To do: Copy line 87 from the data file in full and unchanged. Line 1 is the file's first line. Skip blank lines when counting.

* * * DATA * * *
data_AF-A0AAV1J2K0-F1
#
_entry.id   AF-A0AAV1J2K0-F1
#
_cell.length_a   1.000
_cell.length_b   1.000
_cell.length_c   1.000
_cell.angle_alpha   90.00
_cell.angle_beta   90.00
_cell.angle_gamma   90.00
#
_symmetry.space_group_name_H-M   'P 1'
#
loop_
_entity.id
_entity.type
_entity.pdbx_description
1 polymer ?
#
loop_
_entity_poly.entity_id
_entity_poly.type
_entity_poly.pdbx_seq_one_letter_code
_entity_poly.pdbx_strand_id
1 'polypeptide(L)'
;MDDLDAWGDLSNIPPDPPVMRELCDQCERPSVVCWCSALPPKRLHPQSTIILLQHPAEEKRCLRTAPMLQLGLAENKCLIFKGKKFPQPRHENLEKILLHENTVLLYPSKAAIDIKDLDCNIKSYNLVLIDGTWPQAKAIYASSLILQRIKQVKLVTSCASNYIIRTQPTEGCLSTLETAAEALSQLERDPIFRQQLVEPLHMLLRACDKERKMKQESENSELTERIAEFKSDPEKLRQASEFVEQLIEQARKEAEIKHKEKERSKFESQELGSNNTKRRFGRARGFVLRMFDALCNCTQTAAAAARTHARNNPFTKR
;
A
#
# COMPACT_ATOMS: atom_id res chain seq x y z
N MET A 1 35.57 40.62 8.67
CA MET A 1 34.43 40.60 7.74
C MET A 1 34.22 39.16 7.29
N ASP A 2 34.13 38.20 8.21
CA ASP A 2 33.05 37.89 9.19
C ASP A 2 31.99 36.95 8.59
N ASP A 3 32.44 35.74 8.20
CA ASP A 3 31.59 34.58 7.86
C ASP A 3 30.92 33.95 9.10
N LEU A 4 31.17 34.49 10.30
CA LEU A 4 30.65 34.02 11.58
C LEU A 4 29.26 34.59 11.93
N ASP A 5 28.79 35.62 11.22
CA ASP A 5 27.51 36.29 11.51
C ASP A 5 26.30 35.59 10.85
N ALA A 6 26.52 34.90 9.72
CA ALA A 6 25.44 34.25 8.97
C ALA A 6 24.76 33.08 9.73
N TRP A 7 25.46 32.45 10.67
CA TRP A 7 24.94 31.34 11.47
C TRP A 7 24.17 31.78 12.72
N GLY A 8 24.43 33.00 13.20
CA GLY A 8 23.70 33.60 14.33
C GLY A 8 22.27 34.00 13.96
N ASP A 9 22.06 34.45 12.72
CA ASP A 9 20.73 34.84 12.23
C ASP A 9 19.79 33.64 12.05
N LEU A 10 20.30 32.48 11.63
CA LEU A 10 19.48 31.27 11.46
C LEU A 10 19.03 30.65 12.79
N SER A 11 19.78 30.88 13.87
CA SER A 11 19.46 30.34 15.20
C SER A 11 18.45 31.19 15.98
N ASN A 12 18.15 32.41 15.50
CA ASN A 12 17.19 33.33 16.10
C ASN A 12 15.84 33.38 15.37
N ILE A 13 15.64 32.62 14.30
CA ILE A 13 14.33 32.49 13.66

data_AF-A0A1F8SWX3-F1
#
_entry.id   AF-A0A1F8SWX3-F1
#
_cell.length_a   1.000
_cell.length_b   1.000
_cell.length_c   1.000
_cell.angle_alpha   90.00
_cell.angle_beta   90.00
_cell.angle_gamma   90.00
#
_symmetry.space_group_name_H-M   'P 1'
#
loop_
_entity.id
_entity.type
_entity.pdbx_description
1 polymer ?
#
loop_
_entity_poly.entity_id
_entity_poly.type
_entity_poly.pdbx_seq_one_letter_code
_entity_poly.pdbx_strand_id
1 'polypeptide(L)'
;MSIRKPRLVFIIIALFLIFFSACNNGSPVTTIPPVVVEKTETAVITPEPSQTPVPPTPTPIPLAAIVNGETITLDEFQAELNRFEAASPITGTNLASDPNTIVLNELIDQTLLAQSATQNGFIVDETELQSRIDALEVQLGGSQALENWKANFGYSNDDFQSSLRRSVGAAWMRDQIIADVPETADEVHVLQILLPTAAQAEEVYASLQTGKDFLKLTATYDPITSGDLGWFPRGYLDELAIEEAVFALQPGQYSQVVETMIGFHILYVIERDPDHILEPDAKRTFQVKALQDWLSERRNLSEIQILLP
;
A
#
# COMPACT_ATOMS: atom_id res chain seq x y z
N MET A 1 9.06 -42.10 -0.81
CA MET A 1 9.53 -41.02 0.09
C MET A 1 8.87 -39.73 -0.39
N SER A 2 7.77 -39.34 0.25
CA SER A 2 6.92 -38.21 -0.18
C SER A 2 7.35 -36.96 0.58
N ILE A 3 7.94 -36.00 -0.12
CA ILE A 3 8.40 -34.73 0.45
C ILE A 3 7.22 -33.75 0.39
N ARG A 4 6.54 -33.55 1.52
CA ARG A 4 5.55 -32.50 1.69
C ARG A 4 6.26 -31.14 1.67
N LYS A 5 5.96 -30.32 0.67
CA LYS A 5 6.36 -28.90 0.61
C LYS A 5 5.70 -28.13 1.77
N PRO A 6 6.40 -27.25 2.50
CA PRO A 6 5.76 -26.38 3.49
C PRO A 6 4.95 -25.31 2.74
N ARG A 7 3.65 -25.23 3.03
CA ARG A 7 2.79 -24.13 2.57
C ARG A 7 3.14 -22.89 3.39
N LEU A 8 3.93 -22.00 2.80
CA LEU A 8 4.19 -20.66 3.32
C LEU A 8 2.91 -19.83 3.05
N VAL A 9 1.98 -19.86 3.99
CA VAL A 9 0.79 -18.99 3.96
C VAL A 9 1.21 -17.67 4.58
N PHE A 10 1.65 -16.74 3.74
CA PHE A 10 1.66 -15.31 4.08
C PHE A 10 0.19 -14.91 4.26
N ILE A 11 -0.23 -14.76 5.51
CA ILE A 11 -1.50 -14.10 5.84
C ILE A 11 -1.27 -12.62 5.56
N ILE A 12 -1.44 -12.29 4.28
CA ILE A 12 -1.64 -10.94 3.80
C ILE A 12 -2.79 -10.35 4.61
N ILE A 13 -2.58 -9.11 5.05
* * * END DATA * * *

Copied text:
#